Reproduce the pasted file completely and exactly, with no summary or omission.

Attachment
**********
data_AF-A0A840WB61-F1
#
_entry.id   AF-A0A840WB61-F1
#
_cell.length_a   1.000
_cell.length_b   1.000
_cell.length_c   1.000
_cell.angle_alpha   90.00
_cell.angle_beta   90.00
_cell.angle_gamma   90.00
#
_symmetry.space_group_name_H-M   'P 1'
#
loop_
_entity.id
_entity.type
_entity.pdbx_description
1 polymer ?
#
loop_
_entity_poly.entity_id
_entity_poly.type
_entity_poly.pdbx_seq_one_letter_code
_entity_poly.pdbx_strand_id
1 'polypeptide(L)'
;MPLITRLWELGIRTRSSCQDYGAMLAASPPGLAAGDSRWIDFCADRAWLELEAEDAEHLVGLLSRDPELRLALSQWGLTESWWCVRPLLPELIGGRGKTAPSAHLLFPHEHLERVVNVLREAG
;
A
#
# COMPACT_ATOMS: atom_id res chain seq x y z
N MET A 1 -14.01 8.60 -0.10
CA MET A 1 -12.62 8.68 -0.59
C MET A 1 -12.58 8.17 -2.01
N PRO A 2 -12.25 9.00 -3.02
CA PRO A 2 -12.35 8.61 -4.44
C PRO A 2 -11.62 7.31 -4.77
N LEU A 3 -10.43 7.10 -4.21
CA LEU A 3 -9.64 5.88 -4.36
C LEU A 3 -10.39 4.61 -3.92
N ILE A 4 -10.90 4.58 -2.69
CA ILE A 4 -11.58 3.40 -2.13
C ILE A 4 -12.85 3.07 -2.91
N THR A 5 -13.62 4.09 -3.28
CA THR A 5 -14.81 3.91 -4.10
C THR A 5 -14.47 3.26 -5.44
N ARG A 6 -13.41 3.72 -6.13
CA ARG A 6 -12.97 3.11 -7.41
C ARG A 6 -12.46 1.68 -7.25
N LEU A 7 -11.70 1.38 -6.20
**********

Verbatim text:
data_AF-A0A840WB61-F1
#
_entry.id   AF-A0A840WB61-F1
#
_cell.length_a   1.000
_cell.length_b   1.000
_cell.length_c   1.000
_cell.angle_alpha   90.00
_cell.angle_beta   90.00
_cell.angle_gamma   90.00
#
_symmetry.space_group_name_H-M   'P 1'
#
loop_
_entity.id
_entity.type
_entity.pdbx_description
1 polymer ?
#
loop_
_entity_poly.entity_id
_entity_poly.type
_entity_poly.pdbx_seq_one_letter_code
_entity_poly.pdbx_strand_id
1 'polypeptide(L)'
;MPLITRLWELGIRTRSSCQDYGAMLAASPPGLAAGDSRWIDFCADRAWLELEAEDAEHLVGLLSRDPELRLALSQWGLTESWWCVRPLLPELIGGRGKTAPSAHLLFPHEHLERVVNVLREAG
;
A
#
# COMPACT_ATOMS: atom_id res chain seq x y z
N MET A 1 -14.01 8.60 -0.10
CA MET A 1 -12.62 8.68 -0.59
C MET A 1 -12.58 8.17 -2.01
N PRO A 2 -12.25 9.00 -3.02
CA PRO A 2 -12.35 8.61 -4.44
C PRO A 2 -11.62 7.31 -4.77
N LEU A 3 -10.43 7.10 -4.21
CA LEU A 3 -9.64 5.88 -4.36
C LEU A 3 -10.39 4.61 -3.92
N ILE A 4 -10.90 4.58 -2.69
CA ILE A 4 -11.58 3.40 -2.13
C ILE A 4 -12.85 3.07 -2.91
N THR A 5 -13.62 4.09 -3.28
CA THR A 5 -14.81 3.91 -4.10
C THR A 5 -14.47 3.26 -5.44
N ARG A 6 -13.41 3.72 -6.13
CA ARG A 6 -12.97 3.11 -7.41
C ARG A 6 -12.46 1.68 -7.25
N LEU A 7 -11.70 1.38 -6.20